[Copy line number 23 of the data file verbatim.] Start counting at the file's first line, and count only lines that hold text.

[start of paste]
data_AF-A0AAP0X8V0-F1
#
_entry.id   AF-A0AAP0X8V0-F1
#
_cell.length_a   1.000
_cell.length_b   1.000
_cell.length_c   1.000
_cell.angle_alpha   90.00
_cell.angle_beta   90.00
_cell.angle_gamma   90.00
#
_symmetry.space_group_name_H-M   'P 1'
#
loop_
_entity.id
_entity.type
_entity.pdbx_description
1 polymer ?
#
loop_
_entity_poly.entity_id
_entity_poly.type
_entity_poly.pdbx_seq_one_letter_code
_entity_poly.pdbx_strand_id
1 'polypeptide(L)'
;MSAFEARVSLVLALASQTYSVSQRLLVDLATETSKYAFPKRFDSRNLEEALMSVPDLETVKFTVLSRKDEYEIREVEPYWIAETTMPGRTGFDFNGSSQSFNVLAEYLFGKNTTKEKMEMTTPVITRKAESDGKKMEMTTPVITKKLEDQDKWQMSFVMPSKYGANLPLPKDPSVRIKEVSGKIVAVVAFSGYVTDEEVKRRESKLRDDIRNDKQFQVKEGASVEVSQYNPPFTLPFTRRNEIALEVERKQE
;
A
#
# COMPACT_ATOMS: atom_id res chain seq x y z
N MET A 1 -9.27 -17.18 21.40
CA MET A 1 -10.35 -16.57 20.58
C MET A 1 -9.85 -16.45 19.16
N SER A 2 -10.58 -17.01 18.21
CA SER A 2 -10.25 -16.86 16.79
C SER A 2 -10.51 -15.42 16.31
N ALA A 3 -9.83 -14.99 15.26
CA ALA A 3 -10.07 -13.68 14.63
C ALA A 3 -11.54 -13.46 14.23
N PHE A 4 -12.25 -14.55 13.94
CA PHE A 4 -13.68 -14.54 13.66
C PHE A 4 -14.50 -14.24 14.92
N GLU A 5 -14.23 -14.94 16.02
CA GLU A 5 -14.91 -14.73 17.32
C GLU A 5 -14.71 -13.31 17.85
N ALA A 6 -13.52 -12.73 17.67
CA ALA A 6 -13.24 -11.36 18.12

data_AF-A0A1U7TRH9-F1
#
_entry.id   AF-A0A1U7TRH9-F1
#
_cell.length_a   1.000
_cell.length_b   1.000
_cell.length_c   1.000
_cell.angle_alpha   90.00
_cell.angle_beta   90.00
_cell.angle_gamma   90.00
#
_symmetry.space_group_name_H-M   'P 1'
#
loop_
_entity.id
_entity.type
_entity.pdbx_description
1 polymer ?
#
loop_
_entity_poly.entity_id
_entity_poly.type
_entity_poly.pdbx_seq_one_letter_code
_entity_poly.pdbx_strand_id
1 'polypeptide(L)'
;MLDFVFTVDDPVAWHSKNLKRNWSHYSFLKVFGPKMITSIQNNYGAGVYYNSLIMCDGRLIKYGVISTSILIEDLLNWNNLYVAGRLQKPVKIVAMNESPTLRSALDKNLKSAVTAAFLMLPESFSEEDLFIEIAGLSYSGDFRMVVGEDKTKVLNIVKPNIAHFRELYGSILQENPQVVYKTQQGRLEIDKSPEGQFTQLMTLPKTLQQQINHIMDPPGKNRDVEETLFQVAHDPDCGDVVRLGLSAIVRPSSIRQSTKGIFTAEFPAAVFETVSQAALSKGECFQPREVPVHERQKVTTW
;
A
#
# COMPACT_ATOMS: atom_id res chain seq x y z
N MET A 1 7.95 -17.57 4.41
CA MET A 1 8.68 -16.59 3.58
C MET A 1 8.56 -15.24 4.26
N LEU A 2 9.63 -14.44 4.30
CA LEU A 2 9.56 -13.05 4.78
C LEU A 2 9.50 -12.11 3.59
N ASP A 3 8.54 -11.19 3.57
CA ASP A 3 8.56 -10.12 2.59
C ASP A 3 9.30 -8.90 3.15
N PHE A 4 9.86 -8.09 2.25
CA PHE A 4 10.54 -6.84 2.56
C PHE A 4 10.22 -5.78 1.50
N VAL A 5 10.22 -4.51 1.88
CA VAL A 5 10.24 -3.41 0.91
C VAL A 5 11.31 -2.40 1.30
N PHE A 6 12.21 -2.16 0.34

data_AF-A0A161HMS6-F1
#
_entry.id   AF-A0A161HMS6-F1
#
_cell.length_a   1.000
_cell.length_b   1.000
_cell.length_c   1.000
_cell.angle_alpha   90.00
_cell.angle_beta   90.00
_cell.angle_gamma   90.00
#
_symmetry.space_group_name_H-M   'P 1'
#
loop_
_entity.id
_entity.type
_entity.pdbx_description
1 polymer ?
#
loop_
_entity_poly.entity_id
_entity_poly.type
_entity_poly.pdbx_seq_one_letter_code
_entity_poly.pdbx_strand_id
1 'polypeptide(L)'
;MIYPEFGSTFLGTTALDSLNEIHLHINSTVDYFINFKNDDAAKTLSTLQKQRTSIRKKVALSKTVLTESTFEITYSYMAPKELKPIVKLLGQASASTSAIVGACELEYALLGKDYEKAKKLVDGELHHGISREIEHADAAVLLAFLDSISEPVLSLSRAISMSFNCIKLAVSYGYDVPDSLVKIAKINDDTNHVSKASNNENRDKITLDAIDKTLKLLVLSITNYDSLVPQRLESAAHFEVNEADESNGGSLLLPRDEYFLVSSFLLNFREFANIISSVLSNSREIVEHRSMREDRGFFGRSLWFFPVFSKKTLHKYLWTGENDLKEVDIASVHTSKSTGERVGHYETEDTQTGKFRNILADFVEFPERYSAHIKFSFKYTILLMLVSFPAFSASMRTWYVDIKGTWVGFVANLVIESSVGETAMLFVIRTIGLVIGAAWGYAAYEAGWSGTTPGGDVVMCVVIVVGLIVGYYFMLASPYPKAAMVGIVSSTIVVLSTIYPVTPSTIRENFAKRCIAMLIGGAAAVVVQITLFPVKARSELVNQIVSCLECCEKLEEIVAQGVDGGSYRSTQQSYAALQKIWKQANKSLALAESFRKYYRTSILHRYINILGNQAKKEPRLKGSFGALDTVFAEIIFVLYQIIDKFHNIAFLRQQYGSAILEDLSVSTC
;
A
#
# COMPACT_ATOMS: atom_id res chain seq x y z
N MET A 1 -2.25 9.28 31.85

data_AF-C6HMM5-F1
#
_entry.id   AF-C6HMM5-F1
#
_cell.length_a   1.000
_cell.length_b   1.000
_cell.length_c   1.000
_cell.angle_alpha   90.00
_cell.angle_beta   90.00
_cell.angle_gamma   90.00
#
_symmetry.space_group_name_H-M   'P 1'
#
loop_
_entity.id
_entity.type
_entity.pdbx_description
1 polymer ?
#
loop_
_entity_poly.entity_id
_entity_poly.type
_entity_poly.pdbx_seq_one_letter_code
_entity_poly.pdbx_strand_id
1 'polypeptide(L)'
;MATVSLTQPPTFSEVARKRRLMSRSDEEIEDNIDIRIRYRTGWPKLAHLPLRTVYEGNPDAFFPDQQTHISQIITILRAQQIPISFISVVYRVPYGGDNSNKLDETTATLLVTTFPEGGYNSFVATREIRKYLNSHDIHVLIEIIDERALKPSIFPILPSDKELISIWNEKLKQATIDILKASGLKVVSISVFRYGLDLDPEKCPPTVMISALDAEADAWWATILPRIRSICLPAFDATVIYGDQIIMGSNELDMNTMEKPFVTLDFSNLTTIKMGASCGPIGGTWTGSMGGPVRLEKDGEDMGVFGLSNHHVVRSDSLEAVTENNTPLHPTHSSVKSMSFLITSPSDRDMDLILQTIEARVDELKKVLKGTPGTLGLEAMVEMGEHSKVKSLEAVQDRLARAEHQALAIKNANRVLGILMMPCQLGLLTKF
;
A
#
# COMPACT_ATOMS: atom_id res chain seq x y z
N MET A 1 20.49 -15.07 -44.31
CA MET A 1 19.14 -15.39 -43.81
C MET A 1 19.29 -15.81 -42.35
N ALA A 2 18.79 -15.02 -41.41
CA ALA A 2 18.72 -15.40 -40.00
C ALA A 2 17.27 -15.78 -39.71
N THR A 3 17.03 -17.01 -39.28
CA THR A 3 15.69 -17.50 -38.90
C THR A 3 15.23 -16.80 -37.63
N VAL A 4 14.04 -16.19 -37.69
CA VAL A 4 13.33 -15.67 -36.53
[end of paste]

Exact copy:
_entity_poly.pdbx_seq_one_letter_code